One thought kept recurring – pipes and drums do get the blood going; the right rhythm, a catchy melody and corpse-waking volume have enticed men to sign up and march off to battle for centuries… too many centuries and too many battles. Thrilling and distressing at the same time but forget all that for now and let the music stir your peacetime blood and keep you a bit warmer on a chilly, drizzly night.

Anyway… the Tattoo last year corresponded with the overall marketing theme for Scotland in 2014 – Homecoming. Pipe bands and groups of other performers came not just from Scotland but from (former British Empire holdings) now Commonwealth nations. There were groups from South Africa, Singapore, Malta, New Zealand, Tasmania, Canada, India among many others. When I first looked at the program and saw these notations, I thought I would be snoozing through some of the bagpipe-less entries. Not at all. The presentations filled the space with mesmerizing pageantry and the projections on the Castle walls tied it all together. For me, the pipe bands were still the best part; the massed grouping of all at the end was spectacular, capped by several minutes of fireworks and a rendition of Auld Lang Syne that included all of us spectators singing along and joining hands with our seatmates. I’m not usually inclined to join in with that sort of happy-clappiness, but this time it felt perfectly right; a terrific end to a phenomenal evening.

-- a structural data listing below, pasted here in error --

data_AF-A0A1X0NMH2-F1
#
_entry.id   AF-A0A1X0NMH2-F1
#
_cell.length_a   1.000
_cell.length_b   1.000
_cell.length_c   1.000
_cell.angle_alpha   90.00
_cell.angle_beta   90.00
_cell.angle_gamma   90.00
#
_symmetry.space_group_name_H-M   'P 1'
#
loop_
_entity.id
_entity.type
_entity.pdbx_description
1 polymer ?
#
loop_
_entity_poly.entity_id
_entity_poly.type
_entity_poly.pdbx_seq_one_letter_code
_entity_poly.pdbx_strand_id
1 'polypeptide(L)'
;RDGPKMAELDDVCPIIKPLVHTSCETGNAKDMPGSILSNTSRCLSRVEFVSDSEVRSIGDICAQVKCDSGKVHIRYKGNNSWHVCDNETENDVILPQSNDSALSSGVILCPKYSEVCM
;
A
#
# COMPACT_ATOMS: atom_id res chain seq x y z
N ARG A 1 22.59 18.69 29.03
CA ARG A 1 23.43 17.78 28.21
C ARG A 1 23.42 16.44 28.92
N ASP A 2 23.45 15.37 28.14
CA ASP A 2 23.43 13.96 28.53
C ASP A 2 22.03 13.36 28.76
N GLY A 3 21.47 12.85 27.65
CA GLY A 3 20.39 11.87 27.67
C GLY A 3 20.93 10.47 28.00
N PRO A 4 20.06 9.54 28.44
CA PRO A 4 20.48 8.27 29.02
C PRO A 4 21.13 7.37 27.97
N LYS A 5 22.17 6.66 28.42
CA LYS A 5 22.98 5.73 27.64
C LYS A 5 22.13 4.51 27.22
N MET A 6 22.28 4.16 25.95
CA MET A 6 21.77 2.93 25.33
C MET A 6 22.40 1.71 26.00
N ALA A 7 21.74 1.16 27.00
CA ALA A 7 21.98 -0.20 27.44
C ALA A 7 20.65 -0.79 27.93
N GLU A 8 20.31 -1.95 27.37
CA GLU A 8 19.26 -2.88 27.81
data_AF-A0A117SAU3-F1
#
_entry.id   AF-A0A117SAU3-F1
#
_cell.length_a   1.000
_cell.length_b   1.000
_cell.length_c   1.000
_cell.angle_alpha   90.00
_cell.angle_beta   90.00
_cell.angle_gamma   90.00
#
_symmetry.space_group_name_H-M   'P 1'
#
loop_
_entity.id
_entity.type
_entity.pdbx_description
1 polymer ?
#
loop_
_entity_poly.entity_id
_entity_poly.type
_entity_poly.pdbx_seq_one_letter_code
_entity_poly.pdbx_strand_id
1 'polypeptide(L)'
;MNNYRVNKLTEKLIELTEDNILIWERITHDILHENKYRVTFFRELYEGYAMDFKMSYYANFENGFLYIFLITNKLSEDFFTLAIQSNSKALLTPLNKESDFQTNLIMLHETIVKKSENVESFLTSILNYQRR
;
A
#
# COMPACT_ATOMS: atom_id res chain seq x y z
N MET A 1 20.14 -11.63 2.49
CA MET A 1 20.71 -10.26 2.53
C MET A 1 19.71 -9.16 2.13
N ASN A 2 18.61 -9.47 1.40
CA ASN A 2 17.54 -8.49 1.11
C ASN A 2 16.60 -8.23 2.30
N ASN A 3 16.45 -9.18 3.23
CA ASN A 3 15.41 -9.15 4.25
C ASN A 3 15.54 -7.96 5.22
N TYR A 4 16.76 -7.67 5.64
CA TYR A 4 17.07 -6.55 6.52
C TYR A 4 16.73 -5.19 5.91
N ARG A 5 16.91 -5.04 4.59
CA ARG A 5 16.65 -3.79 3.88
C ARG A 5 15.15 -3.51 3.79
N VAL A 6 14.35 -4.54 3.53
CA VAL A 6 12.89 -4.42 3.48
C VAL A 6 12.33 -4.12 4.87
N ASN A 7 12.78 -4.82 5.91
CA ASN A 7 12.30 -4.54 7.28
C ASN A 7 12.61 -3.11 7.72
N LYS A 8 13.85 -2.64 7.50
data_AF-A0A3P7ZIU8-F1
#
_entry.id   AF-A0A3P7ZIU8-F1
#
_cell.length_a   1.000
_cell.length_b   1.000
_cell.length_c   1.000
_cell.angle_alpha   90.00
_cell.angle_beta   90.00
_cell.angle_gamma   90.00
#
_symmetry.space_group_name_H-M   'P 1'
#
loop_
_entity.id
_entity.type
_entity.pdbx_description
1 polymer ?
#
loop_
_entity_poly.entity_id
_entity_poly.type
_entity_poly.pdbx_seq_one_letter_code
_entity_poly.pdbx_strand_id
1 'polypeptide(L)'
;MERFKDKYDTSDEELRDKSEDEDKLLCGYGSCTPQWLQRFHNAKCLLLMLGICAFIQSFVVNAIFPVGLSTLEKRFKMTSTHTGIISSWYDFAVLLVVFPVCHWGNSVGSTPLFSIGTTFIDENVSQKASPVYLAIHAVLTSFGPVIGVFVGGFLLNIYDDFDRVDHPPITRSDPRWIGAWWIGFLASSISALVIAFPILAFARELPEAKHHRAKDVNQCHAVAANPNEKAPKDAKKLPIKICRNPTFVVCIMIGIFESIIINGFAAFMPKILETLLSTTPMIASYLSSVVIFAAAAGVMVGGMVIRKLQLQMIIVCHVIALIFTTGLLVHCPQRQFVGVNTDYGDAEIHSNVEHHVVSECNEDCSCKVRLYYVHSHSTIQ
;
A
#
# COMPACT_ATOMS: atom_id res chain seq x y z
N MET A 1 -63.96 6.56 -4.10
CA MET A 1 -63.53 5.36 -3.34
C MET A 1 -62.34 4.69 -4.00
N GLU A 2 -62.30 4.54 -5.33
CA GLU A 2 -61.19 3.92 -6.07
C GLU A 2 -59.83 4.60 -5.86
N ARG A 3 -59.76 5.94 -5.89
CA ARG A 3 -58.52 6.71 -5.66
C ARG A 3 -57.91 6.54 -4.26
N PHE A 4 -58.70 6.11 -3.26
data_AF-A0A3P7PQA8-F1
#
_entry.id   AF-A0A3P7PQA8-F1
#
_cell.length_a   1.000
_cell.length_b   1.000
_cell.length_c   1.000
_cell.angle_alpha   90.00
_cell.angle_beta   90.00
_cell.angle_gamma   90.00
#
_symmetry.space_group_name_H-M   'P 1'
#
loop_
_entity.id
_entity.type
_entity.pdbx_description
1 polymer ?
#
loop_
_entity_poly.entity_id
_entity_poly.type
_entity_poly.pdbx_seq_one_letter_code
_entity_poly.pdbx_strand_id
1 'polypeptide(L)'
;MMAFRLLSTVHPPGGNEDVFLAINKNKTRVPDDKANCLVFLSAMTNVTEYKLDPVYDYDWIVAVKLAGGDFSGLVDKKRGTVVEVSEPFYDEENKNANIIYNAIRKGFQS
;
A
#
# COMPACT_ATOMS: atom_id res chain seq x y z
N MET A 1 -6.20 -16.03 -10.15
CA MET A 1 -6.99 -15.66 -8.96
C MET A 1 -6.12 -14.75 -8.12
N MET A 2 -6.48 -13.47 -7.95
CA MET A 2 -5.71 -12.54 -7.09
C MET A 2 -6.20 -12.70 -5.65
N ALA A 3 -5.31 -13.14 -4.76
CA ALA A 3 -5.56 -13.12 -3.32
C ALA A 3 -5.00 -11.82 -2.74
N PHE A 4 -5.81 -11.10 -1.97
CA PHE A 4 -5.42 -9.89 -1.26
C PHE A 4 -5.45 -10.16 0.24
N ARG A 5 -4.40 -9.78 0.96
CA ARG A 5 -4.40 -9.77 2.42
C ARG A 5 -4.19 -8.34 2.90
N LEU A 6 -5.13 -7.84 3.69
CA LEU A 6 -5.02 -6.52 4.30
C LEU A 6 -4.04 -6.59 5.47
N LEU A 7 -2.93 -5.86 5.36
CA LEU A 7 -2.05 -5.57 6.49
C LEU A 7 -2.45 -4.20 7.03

The folks responsible for getting the most money from the spectators do know their audience. I bought the 2014 CD which had been produced earlier in the month – a special addition to my collection of pipe music. Haven’t ordered the DVD. I was there, after all. In person. Live. I rather think no DVD, no matter how well-engineered, could reproduce that experience, especially since I don’t have a huge HDTV.

You should go. In the meantime, enjoy the slide show, keeping in mind that these are only a handful of photos from all the performances presented. I apologize for the vague captions; I think the performance order may have varied from the program sequence; can’t remember if the lone piper gave us Scotland the Brave or Auld Lang Syne.

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This entry was posted in All Suzanne's travel essays, All Suzanne's travels, European festivals, European music, Scotland and tagged , , , , , , . Bookmark the permalink.